Child smuggling on Zim-SA border surges
Thupeyo Muleya Beitbridge Bureau
A total of 150 children were this year intercepted while being smuggled into either South Africa or Zimbabwe, while 79 local minors are being held at care centres in Limpopo province, an action committee has revealed. A quarterly meeting of the Zimbabwe-South Africa Cross-Border Coordination Committee for Unaccompanied and Separated Migrant Children raised concern over the rampant smuggling of minors between the two countries’ borders.
The committee is made up of officials from the two nations’ social service departments, immigration, police, non-governmental organisations and human rights lawyers.
Speaking during the meeting held in Beitbridge on Tuesday, the committee’s co-chairperson, Mr Craig Nkomo, said they had roped in a number of border stakeholders to deal with issues of child smuggling.
He said cases of irregular migration of minors were rife during school holidays.
Last year, 120 children were intercepted in December alone.
Mr Nkomo said a total of 150 children were this year intercepted at Beitbridge Border Post and around Limpopo province while being transported to either country.
“It is sad that we continue to have parents or guardians who expose their children to illegal migration,” he said. “Most of the intercepted children are from Bulawayo and Chiredzi and their destination in South Africa is mainly Johannesburg in Gauteng Province.
“In general, the largest number was intercepted in the month of January, while the movement was significantly lower in April.”
Mr Nkomo said investigations by the social services department revealed that most of the children were visiting their parents in South Africa.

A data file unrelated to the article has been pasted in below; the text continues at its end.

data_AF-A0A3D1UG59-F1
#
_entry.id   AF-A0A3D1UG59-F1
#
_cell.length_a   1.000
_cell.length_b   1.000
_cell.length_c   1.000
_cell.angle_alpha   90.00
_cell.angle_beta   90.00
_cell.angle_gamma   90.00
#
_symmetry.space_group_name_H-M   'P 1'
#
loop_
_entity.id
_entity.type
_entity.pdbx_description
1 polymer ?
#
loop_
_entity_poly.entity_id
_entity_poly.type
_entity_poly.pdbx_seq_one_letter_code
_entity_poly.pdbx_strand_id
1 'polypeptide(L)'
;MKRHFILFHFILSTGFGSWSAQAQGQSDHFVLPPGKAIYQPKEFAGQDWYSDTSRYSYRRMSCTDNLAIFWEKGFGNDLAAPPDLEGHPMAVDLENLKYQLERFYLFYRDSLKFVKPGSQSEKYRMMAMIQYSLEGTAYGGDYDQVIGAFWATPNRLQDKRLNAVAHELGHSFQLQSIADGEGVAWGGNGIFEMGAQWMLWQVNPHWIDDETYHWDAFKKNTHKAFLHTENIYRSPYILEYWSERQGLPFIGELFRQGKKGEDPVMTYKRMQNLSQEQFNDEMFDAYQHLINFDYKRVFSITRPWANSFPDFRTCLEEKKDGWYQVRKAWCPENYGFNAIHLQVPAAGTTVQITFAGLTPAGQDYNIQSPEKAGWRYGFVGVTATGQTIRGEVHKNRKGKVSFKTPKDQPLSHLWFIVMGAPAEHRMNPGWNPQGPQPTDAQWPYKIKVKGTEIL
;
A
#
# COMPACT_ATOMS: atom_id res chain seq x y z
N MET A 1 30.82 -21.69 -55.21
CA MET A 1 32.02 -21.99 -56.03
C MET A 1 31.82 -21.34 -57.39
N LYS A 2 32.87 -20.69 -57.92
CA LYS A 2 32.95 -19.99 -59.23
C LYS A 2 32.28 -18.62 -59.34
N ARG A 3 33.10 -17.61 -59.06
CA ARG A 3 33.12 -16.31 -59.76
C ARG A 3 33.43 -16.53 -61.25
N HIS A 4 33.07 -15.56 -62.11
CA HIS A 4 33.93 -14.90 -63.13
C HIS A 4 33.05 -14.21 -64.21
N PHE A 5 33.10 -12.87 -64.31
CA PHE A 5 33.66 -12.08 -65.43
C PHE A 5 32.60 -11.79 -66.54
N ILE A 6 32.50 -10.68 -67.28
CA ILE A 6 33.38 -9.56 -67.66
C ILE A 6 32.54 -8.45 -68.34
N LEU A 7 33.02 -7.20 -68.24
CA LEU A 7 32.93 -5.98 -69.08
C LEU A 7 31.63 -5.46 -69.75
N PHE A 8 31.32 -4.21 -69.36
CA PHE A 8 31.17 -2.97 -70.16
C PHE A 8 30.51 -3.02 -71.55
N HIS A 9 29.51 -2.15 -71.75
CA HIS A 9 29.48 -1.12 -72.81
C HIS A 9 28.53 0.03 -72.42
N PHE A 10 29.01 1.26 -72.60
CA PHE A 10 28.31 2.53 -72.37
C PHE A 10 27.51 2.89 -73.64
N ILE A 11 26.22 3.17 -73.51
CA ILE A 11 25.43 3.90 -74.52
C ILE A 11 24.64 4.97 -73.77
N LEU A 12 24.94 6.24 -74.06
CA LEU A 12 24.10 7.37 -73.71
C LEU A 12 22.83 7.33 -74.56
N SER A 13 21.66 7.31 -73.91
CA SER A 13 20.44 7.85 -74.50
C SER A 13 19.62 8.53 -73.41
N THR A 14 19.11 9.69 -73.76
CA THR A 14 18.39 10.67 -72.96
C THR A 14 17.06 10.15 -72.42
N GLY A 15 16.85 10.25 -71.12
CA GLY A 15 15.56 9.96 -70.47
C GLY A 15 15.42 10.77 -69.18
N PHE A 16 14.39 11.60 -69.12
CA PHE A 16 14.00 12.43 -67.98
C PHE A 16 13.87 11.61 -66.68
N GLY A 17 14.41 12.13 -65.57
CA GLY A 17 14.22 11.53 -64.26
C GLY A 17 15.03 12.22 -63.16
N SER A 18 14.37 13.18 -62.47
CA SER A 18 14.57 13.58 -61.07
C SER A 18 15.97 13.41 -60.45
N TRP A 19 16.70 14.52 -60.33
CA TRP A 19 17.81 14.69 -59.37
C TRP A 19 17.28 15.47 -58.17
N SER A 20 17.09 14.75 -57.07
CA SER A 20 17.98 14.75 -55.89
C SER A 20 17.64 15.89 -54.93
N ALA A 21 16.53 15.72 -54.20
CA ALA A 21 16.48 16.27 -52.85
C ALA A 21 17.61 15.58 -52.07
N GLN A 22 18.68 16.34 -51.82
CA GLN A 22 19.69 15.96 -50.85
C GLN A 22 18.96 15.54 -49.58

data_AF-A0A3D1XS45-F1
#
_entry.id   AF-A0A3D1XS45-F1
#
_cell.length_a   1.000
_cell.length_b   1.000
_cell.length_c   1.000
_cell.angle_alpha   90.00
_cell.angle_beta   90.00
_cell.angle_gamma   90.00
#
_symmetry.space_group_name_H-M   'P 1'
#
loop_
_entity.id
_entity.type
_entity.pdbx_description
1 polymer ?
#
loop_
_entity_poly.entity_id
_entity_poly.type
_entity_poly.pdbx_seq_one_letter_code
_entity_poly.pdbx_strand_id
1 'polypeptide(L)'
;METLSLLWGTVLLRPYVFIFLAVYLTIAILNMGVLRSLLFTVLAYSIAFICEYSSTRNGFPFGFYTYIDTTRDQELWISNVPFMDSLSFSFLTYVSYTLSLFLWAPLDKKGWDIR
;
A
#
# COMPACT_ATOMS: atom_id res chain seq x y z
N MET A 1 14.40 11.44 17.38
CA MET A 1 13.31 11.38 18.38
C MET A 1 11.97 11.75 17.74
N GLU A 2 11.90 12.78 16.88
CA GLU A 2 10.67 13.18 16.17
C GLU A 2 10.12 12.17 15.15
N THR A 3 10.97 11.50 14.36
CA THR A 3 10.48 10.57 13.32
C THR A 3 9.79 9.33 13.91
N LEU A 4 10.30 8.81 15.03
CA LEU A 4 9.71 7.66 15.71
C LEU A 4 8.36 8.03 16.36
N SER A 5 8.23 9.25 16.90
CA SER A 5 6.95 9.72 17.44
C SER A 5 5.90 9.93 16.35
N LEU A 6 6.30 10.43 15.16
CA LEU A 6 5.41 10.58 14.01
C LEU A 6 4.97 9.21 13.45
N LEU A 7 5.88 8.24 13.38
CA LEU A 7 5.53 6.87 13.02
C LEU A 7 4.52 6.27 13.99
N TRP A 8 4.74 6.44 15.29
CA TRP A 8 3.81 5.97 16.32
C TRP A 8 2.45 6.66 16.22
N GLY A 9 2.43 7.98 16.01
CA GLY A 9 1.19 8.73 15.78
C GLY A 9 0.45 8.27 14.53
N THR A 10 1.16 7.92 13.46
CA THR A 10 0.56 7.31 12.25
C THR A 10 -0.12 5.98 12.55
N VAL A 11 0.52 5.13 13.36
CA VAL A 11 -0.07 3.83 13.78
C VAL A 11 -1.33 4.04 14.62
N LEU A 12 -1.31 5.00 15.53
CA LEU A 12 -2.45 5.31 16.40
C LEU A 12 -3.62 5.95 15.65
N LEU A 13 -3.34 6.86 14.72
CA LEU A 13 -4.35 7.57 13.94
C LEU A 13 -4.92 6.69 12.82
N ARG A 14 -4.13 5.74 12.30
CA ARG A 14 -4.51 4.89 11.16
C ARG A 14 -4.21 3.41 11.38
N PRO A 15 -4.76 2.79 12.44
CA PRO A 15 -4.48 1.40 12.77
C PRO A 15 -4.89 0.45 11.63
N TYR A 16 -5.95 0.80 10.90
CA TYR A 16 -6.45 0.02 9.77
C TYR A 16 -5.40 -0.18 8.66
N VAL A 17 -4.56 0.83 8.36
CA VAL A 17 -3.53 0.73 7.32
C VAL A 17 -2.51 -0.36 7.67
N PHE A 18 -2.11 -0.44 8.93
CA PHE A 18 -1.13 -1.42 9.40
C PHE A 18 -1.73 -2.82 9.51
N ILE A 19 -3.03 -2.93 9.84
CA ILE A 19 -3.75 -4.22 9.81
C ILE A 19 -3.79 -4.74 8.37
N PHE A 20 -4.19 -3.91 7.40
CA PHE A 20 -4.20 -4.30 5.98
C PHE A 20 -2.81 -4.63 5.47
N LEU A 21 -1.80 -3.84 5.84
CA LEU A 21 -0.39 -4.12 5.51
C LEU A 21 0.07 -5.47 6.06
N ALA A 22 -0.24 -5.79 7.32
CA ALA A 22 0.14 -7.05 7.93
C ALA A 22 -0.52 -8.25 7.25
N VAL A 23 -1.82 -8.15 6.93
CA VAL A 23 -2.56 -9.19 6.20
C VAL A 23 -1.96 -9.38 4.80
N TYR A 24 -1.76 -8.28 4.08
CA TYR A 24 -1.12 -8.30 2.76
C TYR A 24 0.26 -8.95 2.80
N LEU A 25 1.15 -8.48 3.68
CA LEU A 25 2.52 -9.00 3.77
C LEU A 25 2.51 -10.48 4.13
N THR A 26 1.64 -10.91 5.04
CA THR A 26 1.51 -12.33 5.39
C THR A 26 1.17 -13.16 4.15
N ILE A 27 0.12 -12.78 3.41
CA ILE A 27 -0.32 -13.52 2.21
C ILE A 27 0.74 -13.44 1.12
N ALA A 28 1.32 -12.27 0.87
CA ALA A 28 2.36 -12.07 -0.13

He said that Zimbabwean authorities had adopted a zero tolerance to the smuggling of children and other illegal immigrants.
Mr Nkomo said authorities were impounding vehicles of those facilitating irregular migration.
“Besides having the vehicles impounded, the culprits are being sent to court for prosecution,” he said. “It has also become apparent that in some cases, irregular migration among these children is a result of peer pressure,” he said.
He said they had scaled up awareness campaigns in the high migrant areas, with the view of reducing incidents of child smuggling.
Mr Nkomo said their target was to reduce the number of children being smuggled between the two countries to less than 30 per year.
“We need to redouble our efforts as stakeholders in addressing the root causes to this trend,” he said. “It is pleasing that since we created this forum around 2015, cases of children being deported from South Africa together with adults have stopped.”
The committee’s South African co-chair, Mr Robert Mukwevho, said they had 79 unaccompanied minors who were being kept at child and youth care centres dotted around Limpopo Province.
He said the majority were Zimbabweans, adding that they were working on reuniting the children with their parents.
“We are working on getting court orders for us to keep the children for three months while we trace their parents,” said Mr Mukwevho.
“In case we don’t find them in that period we apply to keep them for two years while we exhaust all avenues to trace the relatives.”
Mr Mukwevho said in some instances, they had to enrol those of school-going age in learning institutions, though they still had challenges in securing places in the absence of documentation.